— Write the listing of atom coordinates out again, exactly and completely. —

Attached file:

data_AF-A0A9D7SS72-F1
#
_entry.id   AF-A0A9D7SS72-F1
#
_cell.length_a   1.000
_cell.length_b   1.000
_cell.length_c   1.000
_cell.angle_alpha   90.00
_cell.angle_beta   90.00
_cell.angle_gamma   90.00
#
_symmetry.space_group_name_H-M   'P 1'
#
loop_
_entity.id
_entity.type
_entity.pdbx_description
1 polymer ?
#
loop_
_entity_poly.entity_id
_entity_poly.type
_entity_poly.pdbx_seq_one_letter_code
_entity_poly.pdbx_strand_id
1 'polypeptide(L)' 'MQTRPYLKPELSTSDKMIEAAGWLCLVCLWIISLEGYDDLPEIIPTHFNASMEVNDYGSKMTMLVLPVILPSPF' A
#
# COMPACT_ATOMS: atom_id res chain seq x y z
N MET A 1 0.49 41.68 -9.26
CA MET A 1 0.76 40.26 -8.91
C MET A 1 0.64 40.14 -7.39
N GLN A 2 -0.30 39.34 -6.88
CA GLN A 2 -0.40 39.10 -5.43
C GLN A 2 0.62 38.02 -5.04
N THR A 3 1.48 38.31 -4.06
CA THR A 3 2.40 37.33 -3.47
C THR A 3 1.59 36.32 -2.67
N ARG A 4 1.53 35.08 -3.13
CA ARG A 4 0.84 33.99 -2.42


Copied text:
data_AF-A0A9D7SS72-F1
#
_entry.id   AF-A0A9D7SS72-F1
#
_cell.length_a   1.000
_cell.length_b   1.000
_cell.length_c   1.000
_cell.angle_alpha   90.00
_cell.angle_beta   90.00
_cell.angle_gamma   90.00
#
_symmetry.space_group_name_H-M   'P 1'
#
loop_
_entity.id
_entity.type
_entity.pdbx_description
1 polymer ?
#
loop_
_entity_poly.entity_id
_entity_poly.type
_entity_poly.pdbx_seq_one_letter_code
_entity_poly.pdbx_strand_id
1 'polypeptide(L)' 'MQTRPYLKPELSTSDKMIEAAGWLCLVCLWIISLEGYDDLPEIIPTHFNASMEVNDYGSKMTMLVLPVILPSPF' A
#
# COMPACT_ATOMS: atom_id res chain seq x y z
N MET A 1 0.49 41.68 -9.26
CA MET A 1 0.76 40.26 -8.91
C MET A 1 0.64 40.14 -7.39
N GLN A 2 -0.30 39.34 -6.88
CA GLN A 2 -0.40 39.10 -5.43
C GLN A 2 0.62 38.02 -5.04
N THR A 3 1.48 38.31 -4.06
CA THR A 3 2.40 37.33 -3.47
C THR A 3 1.59 36.32 -2.67
N ARG A 4 1.53 35.08 -3.13
CA ARG A 4 0.84 33.99 -2.42